Q: Who are your main influences – are they the same for songwriting and singing, or do you have different ones for both ?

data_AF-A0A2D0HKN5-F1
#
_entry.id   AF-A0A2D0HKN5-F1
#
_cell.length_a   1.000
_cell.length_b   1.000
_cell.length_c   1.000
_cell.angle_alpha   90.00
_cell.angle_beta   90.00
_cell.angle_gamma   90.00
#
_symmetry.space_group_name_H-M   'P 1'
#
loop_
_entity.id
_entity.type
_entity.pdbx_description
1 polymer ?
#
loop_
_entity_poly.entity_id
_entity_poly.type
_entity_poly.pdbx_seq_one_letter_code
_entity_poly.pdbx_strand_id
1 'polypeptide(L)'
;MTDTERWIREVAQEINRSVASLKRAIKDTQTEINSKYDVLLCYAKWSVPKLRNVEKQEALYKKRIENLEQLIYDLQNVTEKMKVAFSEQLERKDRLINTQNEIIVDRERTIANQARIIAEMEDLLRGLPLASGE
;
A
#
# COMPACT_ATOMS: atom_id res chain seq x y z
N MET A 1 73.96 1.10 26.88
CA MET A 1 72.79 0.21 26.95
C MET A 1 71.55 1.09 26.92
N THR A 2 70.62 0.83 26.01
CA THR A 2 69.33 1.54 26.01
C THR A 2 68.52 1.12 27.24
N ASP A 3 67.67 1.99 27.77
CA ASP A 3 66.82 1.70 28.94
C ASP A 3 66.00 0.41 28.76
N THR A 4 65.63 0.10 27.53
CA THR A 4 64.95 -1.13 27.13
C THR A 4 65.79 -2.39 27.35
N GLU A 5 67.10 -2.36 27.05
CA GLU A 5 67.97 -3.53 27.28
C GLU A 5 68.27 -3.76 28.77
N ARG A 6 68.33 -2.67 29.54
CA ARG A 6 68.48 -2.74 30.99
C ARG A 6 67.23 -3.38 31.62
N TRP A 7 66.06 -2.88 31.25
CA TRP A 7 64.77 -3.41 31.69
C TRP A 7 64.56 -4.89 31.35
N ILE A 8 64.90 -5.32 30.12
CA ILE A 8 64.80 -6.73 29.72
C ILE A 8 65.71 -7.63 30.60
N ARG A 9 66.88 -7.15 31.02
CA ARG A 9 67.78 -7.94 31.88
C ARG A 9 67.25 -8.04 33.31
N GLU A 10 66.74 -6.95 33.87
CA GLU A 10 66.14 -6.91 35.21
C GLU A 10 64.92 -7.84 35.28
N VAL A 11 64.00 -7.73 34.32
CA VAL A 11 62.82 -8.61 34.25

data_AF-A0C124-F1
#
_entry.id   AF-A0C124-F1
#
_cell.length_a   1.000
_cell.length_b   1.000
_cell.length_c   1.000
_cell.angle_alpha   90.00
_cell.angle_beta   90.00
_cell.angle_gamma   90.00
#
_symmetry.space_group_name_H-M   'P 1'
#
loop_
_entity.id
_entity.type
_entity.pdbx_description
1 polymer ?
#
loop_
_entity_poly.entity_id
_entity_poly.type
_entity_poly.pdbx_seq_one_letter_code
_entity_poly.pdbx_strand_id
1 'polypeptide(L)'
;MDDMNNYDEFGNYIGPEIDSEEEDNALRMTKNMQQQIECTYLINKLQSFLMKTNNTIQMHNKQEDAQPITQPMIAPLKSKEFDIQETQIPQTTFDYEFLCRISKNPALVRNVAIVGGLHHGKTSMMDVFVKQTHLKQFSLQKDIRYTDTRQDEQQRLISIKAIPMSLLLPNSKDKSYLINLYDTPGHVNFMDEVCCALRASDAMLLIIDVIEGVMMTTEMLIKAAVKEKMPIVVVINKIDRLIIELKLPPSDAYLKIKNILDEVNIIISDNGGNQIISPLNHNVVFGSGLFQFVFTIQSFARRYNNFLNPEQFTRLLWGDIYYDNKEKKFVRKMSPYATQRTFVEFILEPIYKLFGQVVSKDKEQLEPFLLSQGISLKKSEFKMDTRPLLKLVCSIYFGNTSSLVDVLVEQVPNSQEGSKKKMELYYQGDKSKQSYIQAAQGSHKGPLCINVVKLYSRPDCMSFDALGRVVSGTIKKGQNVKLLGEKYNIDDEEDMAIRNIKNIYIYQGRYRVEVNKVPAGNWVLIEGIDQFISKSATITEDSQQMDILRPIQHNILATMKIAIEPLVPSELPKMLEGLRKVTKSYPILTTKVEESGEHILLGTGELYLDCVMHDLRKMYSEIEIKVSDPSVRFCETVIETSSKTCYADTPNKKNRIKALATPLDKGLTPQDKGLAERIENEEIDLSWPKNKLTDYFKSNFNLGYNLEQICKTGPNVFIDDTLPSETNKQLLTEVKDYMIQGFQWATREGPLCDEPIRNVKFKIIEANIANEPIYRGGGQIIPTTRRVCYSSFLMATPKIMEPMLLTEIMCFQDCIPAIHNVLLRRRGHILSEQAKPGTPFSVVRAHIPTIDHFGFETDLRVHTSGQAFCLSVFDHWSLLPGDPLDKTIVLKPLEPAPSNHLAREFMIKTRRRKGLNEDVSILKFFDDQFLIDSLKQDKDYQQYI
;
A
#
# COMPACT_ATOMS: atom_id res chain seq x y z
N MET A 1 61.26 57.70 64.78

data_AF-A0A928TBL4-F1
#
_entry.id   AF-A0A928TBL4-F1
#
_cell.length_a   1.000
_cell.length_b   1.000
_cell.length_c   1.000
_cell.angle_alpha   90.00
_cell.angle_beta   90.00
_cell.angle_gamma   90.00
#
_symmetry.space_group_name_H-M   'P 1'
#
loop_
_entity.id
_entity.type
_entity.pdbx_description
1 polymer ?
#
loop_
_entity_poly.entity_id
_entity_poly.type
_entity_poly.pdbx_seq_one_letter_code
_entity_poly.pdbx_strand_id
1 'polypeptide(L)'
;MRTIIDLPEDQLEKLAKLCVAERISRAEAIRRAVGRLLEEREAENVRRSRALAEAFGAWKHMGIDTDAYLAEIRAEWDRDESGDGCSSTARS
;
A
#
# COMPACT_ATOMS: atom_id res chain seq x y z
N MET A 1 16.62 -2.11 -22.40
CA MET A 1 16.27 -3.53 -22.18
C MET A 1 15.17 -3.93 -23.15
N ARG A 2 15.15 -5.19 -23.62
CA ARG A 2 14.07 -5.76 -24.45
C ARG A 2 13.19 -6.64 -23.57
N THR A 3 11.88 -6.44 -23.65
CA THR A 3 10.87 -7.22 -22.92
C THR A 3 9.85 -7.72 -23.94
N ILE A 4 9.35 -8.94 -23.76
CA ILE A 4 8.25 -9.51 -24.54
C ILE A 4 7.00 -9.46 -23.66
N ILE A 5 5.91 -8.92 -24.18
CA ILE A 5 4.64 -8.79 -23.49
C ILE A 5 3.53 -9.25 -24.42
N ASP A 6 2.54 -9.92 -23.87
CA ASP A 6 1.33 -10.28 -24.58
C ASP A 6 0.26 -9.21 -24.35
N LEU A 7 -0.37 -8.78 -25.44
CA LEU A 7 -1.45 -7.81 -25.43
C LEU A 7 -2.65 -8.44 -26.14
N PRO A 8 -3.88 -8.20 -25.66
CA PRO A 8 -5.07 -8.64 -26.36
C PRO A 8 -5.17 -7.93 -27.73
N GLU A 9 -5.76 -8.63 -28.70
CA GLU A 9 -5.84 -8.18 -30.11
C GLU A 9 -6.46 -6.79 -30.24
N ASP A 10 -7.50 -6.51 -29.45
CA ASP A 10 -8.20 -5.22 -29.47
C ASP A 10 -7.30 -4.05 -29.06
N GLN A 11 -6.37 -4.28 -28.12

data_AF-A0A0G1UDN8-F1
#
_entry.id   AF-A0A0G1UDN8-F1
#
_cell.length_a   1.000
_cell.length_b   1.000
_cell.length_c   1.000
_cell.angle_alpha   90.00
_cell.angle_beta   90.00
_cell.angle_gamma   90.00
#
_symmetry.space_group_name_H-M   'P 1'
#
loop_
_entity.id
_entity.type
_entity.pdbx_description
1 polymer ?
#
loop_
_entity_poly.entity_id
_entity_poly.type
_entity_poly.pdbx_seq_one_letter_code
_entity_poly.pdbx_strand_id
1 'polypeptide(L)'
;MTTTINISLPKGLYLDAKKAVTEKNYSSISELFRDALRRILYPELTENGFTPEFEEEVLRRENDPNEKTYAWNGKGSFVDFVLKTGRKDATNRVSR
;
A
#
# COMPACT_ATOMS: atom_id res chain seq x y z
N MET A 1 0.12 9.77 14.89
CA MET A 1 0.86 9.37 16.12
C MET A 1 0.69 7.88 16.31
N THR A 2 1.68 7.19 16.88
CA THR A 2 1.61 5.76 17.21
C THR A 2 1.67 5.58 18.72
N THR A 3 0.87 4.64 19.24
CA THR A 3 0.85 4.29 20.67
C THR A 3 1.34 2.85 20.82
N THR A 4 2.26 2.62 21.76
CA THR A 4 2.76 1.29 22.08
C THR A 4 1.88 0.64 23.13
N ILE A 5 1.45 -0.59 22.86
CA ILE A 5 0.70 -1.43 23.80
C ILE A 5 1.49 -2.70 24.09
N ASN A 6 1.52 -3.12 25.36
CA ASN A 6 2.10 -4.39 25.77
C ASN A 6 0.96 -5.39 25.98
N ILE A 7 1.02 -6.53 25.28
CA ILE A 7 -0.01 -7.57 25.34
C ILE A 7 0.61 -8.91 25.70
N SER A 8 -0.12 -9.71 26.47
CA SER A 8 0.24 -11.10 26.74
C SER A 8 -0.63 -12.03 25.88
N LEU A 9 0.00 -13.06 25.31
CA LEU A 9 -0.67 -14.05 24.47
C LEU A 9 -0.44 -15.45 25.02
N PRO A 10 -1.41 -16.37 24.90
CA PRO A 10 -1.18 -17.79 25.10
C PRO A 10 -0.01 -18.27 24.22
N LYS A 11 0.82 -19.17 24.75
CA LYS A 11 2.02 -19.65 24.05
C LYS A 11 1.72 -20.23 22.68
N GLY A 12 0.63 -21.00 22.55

I have a very wide and some would say eclectic musical taste and from that perspective a wide range of musical influences. If someone flicked through the playlists on my phone, they would question if they had all been selected by the same person! For me good music is good music irrespective of what box someone has placed it into. Rather than individual artists, I am more influenced by great melodies that intertwine with stories that hook me in, leaving me wanting to listen over…songs that speak to me, make me laugh and cry, remind me of something dear, carry a powerful message…inspire me…songs that make me FEEL something – that are real and fearlessly from the heart. When I write, I strive to achieve that in a song every time…which believe me is not always easy. In many ways my main influence when writing is the ‘mood’ I’m in, as that will dictate the key, the tempo, the feel of the song I’m working on at that time… or who I am writing for and what I want them to feel when they hear it. For example with ‘Little Bird Little Sailor’ I wanted it to be upbeat, fun and motivational so that influenced the tempo and style of the song.